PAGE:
word1.word2 notation

Yeoh Yiu squid at panix.com
Tue Aug 24 09:18:37 CEST 1999


I've noticed in various languages, there is a construction
of expressions with a dot in the middle.  It is a construction
because the name with a dot in the middle is never explicitly 
declared, as in 

	int foo.bar = 42;   // doesn't happen this way

but rather foo is declared in one place and method (or some other 
type of entity)  bar was declared somewhere else and foo.bar was
always available implicitly as a latent method (or as something).

What is the name of this technique and the name of methods 
(or variables ?) so constructed ?

Sorry if this is horribly unclear.  Perhaps an example or two would help:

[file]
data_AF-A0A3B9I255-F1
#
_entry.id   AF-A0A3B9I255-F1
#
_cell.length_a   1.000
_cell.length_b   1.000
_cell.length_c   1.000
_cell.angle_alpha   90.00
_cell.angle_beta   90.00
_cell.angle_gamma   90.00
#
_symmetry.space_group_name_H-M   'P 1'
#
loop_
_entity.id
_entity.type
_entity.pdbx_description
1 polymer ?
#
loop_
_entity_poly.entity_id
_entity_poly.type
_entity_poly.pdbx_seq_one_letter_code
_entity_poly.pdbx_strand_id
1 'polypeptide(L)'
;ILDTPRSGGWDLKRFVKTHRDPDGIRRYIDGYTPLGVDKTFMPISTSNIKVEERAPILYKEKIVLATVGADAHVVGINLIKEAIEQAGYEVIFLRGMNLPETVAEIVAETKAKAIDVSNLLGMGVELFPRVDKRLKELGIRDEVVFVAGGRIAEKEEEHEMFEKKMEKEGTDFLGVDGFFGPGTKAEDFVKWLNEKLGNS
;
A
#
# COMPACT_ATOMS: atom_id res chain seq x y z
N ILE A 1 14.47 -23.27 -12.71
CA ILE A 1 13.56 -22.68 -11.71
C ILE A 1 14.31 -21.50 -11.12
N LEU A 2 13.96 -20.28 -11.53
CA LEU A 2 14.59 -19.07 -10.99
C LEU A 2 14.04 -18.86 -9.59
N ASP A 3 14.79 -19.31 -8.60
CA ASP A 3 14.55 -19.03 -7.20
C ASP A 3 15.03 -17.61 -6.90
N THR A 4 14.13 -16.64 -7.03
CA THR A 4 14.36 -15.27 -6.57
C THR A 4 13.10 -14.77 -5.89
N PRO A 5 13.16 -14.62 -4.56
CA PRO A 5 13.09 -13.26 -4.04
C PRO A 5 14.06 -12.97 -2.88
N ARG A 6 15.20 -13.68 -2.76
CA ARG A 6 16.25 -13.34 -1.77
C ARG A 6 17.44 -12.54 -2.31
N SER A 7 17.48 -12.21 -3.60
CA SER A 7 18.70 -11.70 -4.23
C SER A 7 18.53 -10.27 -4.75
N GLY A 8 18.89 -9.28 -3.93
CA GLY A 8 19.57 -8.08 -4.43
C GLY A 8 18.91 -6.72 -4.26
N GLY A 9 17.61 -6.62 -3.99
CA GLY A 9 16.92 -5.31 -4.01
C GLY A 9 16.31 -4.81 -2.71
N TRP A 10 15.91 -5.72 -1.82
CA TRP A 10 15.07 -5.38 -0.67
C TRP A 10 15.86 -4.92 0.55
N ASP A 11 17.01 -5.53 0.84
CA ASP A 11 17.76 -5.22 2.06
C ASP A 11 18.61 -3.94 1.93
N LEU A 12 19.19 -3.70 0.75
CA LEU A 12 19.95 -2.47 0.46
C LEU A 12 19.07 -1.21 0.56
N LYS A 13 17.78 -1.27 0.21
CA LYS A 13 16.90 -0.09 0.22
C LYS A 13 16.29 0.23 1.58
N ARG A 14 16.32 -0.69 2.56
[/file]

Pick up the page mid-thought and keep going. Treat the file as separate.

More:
Here's a python example; datfile.readline() is the thing I'm talking about.

>  datafile = open("/tmp/words", "r");
>  line = datafile.readline()

Here's a visual basic example:

> From MS Word VB Help:  SaveAs
> =====
> Saves the specfied document with a new name or format. The arguments for
> this method correspond to the options in the Save As dialog box (File menu).
> 
> Syntax
> 
> expression.SaveAs(FileName, FileFormat, LockComments, Password,
> AddToRecentFiles, WritePassword, ReadOnlyRecommended, EmbedTrueTypeFonts,
> SaveNativePictureFormat, SaveFormsData, SaveAsAOCELetter)
> 
> expression   Required. An expression that returns a Document object.
> 
> FileName   Optional Variant. The name for the document. 
> FileFormat   Optional Variant. The format in which the document is saved.


squid.





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